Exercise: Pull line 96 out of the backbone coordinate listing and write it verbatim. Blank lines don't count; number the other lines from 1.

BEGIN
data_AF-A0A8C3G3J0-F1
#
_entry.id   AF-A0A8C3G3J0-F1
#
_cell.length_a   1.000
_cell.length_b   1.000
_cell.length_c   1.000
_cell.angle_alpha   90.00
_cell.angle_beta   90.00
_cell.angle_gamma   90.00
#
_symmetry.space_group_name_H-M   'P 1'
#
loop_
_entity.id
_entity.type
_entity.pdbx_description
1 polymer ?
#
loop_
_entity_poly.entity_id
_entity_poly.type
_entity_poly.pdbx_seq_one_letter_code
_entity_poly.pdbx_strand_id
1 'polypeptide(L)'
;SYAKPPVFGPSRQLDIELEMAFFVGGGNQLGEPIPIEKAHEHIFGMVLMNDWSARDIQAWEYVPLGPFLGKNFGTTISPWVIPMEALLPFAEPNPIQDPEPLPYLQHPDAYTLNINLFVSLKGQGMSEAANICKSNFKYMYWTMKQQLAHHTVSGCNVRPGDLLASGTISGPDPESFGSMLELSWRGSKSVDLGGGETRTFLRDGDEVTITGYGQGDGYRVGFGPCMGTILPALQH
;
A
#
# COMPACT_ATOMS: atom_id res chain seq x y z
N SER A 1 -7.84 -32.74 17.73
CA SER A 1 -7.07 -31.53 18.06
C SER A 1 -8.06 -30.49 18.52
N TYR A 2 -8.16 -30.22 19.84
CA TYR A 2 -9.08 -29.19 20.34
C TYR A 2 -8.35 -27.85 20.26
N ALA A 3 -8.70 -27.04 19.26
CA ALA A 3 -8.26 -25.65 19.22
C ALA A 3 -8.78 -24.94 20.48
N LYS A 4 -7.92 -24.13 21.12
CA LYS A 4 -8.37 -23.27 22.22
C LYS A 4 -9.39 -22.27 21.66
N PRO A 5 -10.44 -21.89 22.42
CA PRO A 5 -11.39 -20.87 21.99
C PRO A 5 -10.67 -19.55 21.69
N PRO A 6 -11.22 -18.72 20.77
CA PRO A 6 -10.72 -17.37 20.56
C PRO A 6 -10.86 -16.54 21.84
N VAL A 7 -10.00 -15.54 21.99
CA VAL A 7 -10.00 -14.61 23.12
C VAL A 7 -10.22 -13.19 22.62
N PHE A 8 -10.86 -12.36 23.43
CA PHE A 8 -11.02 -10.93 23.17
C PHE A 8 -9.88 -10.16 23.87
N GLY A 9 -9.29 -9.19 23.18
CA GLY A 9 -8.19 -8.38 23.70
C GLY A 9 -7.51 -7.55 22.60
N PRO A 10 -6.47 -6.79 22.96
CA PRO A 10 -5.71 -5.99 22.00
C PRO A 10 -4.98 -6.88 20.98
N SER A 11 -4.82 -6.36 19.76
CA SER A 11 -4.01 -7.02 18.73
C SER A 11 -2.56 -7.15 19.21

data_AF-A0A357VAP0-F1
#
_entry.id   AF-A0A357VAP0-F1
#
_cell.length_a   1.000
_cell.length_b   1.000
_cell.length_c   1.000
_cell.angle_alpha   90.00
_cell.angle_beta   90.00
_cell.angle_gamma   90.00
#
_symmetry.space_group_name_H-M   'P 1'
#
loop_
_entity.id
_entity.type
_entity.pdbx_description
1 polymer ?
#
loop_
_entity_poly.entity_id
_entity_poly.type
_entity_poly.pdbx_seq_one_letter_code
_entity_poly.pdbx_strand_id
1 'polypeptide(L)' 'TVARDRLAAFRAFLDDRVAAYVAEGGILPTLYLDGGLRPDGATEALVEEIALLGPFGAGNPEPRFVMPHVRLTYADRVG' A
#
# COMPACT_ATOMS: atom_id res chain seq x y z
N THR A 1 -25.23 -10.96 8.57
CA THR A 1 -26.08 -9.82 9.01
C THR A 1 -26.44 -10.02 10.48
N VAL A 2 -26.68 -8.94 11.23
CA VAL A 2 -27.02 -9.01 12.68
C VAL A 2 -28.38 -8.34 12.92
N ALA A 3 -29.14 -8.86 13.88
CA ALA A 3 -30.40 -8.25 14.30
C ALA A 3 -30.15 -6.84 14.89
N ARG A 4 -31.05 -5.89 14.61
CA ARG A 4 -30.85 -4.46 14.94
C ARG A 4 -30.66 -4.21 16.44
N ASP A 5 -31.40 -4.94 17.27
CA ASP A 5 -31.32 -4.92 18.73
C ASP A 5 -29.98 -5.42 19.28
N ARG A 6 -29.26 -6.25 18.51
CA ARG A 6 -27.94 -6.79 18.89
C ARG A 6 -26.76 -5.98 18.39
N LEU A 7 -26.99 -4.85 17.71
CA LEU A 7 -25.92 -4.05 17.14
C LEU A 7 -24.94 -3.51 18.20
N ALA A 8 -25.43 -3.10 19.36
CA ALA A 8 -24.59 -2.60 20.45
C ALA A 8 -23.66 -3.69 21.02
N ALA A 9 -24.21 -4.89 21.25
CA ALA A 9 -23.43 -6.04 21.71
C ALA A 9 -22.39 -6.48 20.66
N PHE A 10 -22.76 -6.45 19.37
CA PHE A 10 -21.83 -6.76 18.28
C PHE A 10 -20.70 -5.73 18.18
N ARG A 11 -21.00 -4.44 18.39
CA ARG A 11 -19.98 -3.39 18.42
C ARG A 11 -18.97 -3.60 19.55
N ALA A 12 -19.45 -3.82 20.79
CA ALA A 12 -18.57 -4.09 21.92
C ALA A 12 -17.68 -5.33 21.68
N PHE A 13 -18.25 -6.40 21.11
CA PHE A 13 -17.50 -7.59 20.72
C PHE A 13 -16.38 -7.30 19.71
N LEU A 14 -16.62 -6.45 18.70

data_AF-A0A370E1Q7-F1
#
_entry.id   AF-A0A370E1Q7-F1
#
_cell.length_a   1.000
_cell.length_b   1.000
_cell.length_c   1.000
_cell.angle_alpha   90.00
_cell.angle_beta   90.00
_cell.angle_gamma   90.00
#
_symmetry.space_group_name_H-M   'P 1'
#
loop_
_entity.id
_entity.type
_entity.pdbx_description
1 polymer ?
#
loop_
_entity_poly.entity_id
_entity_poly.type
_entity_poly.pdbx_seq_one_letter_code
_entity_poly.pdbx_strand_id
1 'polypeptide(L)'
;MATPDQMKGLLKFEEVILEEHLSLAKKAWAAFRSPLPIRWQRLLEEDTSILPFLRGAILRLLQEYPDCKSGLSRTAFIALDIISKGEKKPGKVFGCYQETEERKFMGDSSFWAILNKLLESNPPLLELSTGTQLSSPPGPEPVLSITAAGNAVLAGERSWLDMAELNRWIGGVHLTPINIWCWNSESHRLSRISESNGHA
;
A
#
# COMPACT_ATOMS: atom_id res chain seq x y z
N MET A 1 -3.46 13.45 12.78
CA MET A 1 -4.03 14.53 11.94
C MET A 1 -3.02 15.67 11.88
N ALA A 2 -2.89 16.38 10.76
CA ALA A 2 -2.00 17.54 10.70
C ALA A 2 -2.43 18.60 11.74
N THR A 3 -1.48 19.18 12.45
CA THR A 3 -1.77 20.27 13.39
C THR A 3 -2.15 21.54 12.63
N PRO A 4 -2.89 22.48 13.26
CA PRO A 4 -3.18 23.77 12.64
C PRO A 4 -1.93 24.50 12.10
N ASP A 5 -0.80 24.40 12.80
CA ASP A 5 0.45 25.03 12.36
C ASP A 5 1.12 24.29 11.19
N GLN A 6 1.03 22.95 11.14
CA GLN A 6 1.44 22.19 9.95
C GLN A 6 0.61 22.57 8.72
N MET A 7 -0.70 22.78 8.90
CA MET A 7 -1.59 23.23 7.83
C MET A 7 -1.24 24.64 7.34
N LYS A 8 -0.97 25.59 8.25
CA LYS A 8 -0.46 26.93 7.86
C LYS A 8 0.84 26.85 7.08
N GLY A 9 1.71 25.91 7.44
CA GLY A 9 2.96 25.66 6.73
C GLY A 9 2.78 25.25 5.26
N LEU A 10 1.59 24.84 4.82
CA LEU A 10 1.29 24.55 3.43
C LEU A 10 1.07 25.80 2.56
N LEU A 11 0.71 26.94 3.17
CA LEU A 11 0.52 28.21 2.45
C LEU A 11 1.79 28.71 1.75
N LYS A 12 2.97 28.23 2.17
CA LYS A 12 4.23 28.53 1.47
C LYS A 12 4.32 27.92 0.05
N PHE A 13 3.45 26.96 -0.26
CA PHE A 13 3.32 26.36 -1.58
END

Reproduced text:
C VAL A 2 -28.38 -8.34 12.92